There are just six games remaining before Wolverhampton Wanderers can call time on this most frustrating of seasons.
But how many games does Glenn Hoddle have in the Molineux hot seat?
That's the big question as, fresh from Saturday's latest 1-1 draw with Leeds United, Wolves head for the Walkers Stadium tonight to take on the third of this season's main Championship underachievers Leicester City.
Mathematical certainty of Championship football again for Wolves next season has not yet officially been achieved, but even Hoddle now appears to have faced reality.
"If we won every game," said the man whose side have drawn 13 of his 18 league games in charge, "we could only maximise to 70 points [sic]. And, given there are teams already on 61, that tells its own story.
"What we can do is cut out the silly goals and try to win as many games as we can by the end of the season." Only then, Hoddle insists, will he publicly discuss which direction he and Wolves will take.
"I'm not going to discuss anything on that until the end of season," he repeated. "There are a lot of things to be talked about on both sides of the fence and until all of those things are clear I won't be saying anything more."
Even by his own high standards, that is a masterful demonstration of Hoddle's ability to talk a lot but actually say very little.
The fact that he has dispensation to sort out Wolves' retained list for next season and concentrate on potential summer targets like Manchester City defender Mikkel Bischoff (newly returned to Molineux for a second spell on loan) points to Hoddle still being at the helm come August.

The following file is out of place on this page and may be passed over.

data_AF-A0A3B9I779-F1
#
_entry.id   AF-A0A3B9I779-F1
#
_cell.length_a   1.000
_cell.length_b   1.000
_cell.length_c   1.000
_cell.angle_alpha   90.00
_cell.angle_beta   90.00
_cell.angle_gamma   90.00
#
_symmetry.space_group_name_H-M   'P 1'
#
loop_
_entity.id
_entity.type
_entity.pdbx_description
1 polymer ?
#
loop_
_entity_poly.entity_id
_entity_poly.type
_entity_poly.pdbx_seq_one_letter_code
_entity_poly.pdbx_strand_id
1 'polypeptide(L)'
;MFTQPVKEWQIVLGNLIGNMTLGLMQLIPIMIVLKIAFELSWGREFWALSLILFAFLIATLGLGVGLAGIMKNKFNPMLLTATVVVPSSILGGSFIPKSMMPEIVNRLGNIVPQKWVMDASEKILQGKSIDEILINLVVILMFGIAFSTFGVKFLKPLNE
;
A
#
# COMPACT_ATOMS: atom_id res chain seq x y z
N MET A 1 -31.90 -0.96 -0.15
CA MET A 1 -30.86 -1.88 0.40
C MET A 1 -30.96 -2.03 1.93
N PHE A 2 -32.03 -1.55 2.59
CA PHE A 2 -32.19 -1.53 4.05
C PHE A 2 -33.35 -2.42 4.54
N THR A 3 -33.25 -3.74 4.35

But such is the strange nature of this short six-month arrangement, it has led to speculation that he might end up somewhere else.
He is still living out of a suitcase, based at a Midland hotel. And it is not hard to see why his name has repeatedly been linked with a summer move to West Ham United, whose manager Alan Pardew has spent this season seemingly in a perpetual state of insecurity.
Hoddle dismisses the story as journalistic fabrication.
"I'm not worrying about somebody making up a story," he said. "As managers, that's the realism of football. We're all in the same boat. And, if I'd worried about stories that had been made up like that over the last ten years, I wouldn't sleep at night.
"It doesn't make it real just because it's written in a paper.
"Alan Pardew's doing a very good job there and it's not fair to him.
"He's a good friend of mine and he's doing a smashing job at West Ham. They got a fantastic win at the weekend and it's unfair that such things can be said."
Of far more concern to Hoddle tonight is simply having a team out, after returning from Elland Road with a long casualty list.
On top of losing Northern Ireland defender Mark Clyde through knee surgery and Keith Andrews with a groin injury, Hoddle must now assess the fitness of Mark Kennedy (ankle), Carl Cort and Rob Edwards, who have sore backs.
Skipper Paul Ince also has a problem after coming out of a two-footed challenge from Leeds United hard man Shaun Derry with a wounded knee.